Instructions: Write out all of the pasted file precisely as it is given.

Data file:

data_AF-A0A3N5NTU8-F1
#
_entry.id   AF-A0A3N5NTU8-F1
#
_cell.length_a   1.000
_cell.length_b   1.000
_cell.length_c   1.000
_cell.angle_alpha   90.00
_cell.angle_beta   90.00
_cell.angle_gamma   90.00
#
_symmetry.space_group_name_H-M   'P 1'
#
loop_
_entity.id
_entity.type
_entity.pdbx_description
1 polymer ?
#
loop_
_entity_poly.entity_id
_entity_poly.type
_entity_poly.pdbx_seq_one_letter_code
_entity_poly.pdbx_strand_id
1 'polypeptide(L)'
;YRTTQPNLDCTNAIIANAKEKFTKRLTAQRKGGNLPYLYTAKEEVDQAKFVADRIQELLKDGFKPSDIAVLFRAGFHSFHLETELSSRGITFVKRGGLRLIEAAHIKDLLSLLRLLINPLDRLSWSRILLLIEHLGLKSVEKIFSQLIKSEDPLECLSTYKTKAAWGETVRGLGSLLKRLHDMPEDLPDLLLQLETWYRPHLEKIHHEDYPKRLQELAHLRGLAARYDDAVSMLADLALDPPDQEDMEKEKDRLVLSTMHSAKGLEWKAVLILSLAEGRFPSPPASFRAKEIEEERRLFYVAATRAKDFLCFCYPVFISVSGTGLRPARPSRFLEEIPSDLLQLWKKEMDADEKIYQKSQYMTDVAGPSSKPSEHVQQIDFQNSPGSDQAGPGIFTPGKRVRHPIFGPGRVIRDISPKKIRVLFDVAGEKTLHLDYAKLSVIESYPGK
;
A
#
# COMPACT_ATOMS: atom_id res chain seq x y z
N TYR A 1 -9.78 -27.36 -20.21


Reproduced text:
data_AF-A0A3N5NTU8-F1
#
_entry.id   AF-A0A3N5NTU8-F1
#
_cell.length_a   1.000
_cell.length_b   1.000
_cell.length_c   1.000
_cell.angle_alpha   90.00
_cell.angle_beta   90.00
_cell.angle_gamma   90.00
#
_symmetry.space_group_name_H-M   'P 1'
#
loop_
_entity.id
_entity.type
_entity.pdbx_description
1 polymer ?
#
loop_
_entity_poly.entity_id
_entity_poly.type
_entity_poly.pdbx_seq_one_letter_code
_entity_poly.pdbx_strand_id
1 'polypeptide(L)'
;YRTTQPNLDCTNAIIANAKEKFTKRLTAQRKGGNLPYLYTAKEEVDQAKFVADRIQELLKDGFKPSDIAVLFRAGFHSFHLETELSSRGITFVKRGGLRLIEAAHIKDLLSLLRLLINPLDRLSWSRILLLIEHLGLKSVEKIFSQLIKSEDPLECLSTYKTKAAWGETVRGLGSLLKRLHDMPEDLPDLLLQLETWYRPHLEKIHHEDYPKRLQELAHLRGLAARYDDAVSMLADLALDPPDQEDMEKEKDRLVLSTMHSAKGLEWKAVLILSLAEGRFPSPPASFRAKEIEEERRLFYVAATRAKDFLCFCYPVFISVSGTGLRPARPSRFLEEIPSDLLQLWKKEMDADEKIYQKSQYMTDVAGPSSKPSEHVQQIDFQNSPGSDQAGPGIFTPGKRVRHPIFGPGRVIRDISPKKIRVLFDVAGEKTLHLDYAKLSVIESYPGK
;
A
#
# COMPACT_ATOMS: atom_id res chain seq x y z
N TYR A 1 -9.78 -27.36 -20.21